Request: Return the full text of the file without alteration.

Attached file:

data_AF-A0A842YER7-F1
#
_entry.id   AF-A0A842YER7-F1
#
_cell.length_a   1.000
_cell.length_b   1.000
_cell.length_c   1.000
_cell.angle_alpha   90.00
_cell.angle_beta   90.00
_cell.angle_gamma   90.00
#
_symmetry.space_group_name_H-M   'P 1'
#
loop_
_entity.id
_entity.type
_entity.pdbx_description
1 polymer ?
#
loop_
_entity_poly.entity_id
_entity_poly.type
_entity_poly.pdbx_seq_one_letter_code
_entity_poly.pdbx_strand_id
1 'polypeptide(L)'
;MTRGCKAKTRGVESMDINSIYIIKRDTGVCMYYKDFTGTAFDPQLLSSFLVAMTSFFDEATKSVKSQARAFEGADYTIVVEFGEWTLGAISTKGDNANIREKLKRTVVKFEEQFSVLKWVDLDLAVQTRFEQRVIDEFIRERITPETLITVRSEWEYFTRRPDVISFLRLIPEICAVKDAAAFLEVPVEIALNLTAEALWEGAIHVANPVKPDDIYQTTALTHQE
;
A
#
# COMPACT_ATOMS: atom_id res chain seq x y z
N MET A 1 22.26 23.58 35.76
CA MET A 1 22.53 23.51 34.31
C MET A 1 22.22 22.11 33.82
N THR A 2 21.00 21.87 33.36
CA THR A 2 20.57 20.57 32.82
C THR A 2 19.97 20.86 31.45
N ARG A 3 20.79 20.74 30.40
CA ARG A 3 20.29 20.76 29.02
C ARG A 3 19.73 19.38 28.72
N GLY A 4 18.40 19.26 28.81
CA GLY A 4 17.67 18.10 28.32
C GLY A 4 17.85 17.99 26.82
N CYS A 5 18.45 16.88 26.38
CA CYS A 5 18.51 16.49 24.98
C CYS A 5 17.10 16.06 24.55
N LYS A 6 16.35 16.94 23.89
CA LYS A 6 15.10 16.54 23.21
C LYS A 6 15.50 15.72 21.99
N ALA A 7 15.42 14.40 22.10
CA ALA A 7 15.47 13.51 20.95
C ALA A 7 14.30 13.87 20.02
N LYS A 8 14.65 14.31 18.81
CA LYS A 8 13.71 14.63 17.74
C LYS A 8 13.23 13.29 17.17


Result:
data_AF-A0A842YER7-F1
#
_entry.id   AF-A0A842YER7-F1
#
_cell.length_a   1.000
_cell.length_b   1.000
_cell.length_c   1.000
_cell.angle_alpha   90.00
_cell.angle_beta   90.00
_cell.angle_gamma   90.00
#
_symmetry.space_group_name_H-M   'P 1'
#
loop_
_entity.id
_entity.type
_entity.pdbx_description
1 polymer ?
#
loop_
_entity_poly.entity_id
_entity_poly.type
_entity_poly.pdbx_seq_one_letter_code
_entity_poly.pdbx_strand_id
1 'polypeptide(L)'
;MTRGCKAKTRGVESMDINSIYIIKRDTGVCMYYKDFTGTAFDPQLLSSFLVAMTSFFDEATKSVKSQARAFEGADYTIVVEFGEWTLGAISTKGDNANIREKLKRTVVKFEEQFSVLKWVDLDLAVQTRFEQRVIDEFIRERITPETLITVRSEWEYFTRRPDVISFLRLIPEICAVKDAAAFLEVPVEIALNLTAEALWEGAIHVANPVKPDDIYQTTALTHQE
;
A
#
# COMPACT_ATOMS: atom_id res chain seq x y z
N MET A 1 22.26 23.58 35.76
CA MET A 1 22.53 23.51 34.31
C MET A 1 22.22 22.11 33.82
N THR A 2 21.00 21.87 33.36
CA THR A 2 20.57 20.57 32.82
C THR A 2 19.97 20.86 31.45
N ARG A 3 20.79 20.74 30.40
CA ARG A 3 20.29 20.76 29.02
C ARG A 3 19.73 19.38 28.72
N GLY A 4 18.40 19.26 28.81
CA GLY A 4 17.67 18.10 28.32
C GLY A 4 17.85 17.99 26.82
N CYS A 5 18.45 16.88 26.38
CA CYS A 5 18.51 16.49 24.98
C CYS A 5 17.10 16.06 24.55
N LYS A 6 16.35 16.94 23.89
CA LYS A 6 15.10 16.54 23.21
C LYS A 6 15.50 15.72 21.99
N ALA A 7 15.42 14.40 22.10
CA ALA A 7 15.47 13.51 20.95
C ALA A 7 14.30 13.87 20.02
N LYS A 8 14.65 14.31 18.81
CA LYS A 8 13.71 14.63 17.74
C LYS A 8 13.23 13.29 17.17